This pilot initiative also provided some insight into the use of pharmacotherapy as an adjunctive treatment for patients with ARIFD. We demonstrated that patients across all subtypes were treated with a myriad of different medications from different classes, many of which targeted the presence of comorbid MH issues. As an example, atypical antipsychotics (such as olanzapine) were offered to two thirds of the patients presenting with aversive presentations. Although not empirically studied herein, this treatment approach targeted anxiety in an attempt to allow the patient greater ability to accept foods deemed triggering or unsafe (e.g., something that they feared they would choke on, or would cause them to vomit) or to decrease the overall intensity of internal distress. To date, the evidence examining olanzapine efficacy in patients with ARFID has been limited to two case series (24, 25). The use of appetite stimulants (such as cyproheptadine) also requires further study in this population, in order to better understand how these agents might serve to promote nutritional intake and to determine to what extent illness presentation predicts response to these medications (26).

Our outcomes at the 6-month mark suggest that similar to those with other EDs, many patients with ARFID require intensive services for prolonged periods. Those with mixed presentations required care by many multidisciplinary team members, including other medical subspecialists. Although our small sample size precludes statistical comparisons, those with mixed presentations had higher rates of weight restoration at 6 months compared to patients with a single primary influence (e.g., selective eating or low appetite) for the feeding disturbance. It is difficult to know what, if any factors influenced this specific finding (i.e., length of illness), although these patients had more diversified treatment teams. As the number of empirically studied treatments for patients with ARFID evolves, it is likely that researchers will gain a better understanding of how treatments should be dosed and delivered in order to optimize outcomes across respective presentations.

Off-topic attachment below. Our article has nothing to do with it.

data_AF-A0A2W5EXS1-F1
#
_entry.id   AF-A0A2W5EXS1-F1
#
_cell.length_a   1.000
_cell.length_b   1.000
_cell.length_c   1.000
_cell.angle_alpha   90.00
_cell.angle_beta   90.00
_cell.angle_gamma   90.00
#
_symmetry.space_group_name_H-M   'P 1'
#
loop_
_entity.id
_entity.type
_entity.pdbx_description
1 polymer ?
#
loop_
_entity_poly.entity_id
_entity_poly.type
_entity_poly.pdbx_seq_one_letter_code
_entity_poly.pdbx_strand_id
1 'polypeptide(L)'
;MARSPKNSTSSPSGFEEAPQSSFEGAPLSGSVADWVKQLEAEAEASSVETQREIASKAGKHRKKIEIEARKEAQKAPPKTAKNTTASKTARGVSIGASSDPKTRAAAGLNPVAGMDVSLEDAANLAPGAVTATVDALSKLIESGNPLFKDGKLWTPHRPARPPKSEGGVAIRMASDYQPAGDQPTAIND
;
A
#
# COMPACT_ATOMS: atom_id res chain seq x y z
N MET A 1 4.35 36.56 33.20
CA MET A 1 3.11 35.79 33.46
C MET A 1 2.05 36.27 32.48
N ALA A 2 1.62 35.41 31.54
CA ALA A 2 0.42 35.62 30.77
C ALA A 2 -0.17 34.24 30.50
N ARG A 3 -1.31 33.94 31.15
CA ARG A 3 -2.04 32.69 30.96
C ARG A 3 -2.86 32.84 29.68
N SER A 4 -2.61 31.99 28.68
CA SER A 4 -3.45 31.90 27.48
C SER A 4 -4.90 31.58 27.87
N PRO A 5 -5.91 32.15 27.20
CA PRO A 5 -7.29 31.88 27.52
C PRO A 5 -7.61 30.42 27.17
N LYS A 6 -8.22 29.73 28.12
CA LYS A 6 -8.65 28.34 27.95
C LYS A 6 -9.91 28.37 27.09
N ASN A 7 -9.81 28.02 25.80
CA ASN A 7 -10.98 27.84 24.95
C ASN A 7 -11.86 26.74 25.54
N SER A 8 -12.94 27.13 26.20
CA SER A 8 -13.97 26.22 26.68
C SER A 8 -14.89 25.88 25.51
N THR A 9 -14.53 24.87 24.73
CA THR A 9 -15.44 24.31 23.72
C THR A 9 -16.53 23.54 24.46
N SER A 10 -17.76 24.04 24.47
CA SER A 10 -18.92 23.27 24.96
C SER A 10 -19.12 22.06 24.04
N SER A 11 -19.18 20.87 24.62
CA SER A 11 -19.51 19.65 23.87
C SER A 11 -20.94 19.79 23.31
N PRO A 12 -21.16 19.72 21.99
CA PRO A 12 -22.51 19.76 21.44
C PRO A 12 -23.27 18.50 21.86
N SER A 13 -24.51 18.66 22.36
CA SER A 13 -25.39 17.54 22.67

As noted throughout the discussion, this pilot study was not without limitations. We embarked on this initiative as a means of better understanding the types and presentations of patients that might present to a dedicated clinic for patients with severe ARFID. By limiting our inclusion criteria and the study timeframe, we introduced referral bias and limited our total sample. Our results are retrospective and given the lack of diagnostic instruments available at the time of the pilot, standardized and validated measures specific to ARFID were not utilized. Strengths of the study included the fact that a single provider with expertise in ARFID and complex feeding disorders triaged, assessed, and coordinated care for all patients. Also, a consistent interview template was used for all assessments. Remarkably, despite a lack of coordinated programming, almost all patients were weight restored by the time treatment concluded. Although not formally evaluated, chart review suggested that treating the subset of patients with sensory-specific feeding issues (i.e., limited-variety type) proved the most challenging given gaps within the hospital for services specific to the needs of this population. In cases where family-based therapy principles were applied to patients with sensory-specific issues, food selectivity often persisted despite success with weight gain. Most typically, these patients presented with long-standing histories of restrictive eating, dating back to infancy. The lack of a validated instrument that assessed severity and tracked progress in this particular area is another limitation of the study.